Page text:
Category Archives: For general amusement

Have you seen this bird … in Newstead?

I’m conscious that I’m skating on thin ice with this post.

Natural Newstead has a strict 15 km ‘rule’ which means that natural history events that fall outside this range, no matter how fascinating, are essentially ‘out of bounds’. The interpretation of the ‘rule’ is of course at the discretion of the editor!

This spring has seen an influx of Scarlet Honeyeaters into parts of Victoria where this beautiful bird is rarely seen, even prompting a recent article in the Melbourne Age. Locally, at least to my knowledge, they have been reported in Maldon, Campbells Creek, Fryerstown and Castlemaine. Last weekend I heard one singing magnificently in the centre of Castlemaine outside the IGA!

The bird pictured below was photographed late this afternoon in a wonderful native garden in Castlemaine. Frustratingly, and somewhat surprisingly, they don’t seem to have made it to Newstead yet … I’d love to hear if anyone has seen one inside the ‘circle’.

Male Scarlet Honeyeater, Castlemaine, 16th November 2017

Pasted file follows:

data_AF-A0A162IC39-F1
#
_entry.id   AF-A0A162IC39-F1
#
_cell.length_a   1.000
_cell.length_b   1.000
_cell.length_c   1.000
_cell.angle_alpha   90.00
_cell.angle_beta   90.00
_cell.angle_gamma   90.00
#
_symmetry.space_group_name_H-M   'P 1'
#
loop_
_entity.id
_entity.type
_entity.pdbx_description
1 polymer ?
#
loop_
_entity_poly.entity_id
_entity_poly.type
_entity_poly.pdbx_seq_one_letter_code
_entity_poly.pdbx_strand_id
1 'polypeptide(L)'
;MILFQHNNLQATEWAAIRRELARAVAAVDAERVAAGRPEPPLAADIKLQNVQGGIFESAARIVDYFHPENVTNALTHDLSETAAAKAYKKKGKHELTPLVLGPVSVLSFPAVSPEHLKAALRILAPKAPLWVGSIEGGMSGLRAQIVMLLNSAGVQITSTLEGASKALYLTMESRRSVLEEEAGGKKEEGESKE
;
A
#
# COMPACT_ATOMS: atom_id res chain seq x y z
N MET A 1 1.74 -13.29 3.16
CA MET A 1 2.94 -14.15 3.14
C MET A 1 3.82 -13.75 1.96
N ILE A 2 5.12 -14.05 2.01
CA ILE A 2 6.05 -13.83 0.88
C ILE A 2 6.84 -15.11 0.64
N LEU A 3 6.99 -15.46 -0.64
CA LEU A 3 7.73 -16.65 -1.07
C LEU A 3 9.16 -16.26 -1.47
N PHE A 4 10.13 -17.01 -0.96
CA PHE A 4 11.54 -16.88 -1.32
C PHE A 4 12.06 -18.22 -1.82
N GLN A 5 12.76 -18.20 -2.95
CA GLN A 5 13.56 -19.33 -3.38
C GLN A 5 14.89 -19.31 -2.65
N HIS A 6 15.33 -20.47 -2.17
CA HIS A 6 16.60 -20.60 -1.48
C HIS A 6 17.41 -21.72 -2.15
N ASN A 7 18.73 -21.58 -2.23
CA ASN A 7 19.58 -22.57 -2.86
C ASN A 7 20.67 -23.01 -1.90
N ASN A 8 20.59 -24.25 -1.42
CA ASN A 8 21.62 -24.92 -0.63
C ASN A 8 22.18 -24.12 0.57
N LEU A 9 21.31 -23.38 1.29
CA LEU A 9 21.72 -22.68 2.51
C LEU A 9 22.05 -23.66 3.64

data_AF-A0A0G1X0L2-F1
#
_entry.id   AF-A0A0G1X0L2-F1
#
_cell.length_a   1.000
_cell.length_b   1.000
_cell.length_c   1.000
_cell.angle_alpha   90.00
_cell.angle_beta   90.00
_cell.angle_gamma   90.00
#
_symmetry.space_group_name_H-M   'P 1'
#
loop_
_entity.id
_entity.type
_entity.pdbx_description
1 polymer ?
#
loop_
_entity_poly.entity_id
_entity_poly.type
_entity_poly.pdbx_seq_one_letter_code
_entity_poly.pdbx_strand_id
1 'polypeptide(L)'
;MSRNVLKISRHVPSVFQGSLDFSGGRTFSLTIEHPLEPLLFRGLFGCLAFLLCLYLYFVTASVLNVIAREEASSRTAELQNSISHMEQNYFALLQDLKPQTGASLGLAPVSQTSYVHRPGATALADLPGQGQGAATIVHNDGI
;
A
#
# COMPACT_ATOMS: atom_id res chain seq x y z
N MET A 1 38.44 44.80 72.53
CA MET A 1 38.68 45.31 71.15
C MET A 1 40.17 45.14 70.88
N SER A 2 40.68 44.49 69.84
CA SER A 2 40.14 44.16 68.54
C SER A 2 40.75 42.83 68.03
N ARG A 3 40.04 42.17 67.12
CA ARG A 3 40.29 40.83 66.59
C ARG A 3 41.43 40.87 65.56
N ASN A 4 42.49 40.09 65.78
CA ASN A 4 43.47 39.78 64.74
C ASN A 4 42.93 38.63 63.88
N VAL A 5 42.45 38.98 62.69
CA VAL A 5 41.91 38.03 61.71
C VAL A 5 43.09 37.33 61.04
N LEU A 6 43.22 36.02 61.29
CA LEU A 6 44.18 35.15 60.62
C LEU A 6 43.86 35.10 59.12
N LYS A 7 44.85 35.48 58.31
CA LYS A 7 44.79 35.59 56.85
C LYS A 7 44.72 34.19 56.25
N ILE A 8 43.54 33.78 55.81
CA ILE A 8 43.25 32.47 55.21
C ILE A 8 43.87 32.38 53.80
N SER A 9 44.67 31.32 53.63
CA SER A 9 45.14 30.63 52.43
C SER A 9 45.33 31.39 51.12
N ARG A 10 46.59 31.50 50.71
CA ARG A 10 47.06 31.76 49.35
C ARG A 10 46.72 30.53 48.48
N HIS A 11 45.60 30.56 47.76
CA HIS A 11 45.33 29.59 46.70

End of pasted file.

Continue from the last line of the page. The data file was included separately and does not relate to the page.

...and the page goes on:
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‘Bit on’

Tawny Frogmouths, Newstead Natives, 18th June 2017

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Up close Odonata

by Patrick Kavanagh

Dragonflies and Damselflies seem particularly willing sitters at present. A little pond at Strangways has been playing host to large numbers of blue Damselflies, which I think are Wandering Ringtails Austrolestes leda. These little gems were very happy to have a large macro lens up close for some portraits. A male Wandering Percher Diplacodes bipunctata was not quite so cooperative, but a female of this species quite a way from any water was more patient. Apparently the two spots on the side of the abdomen give rise to the name bipunctata.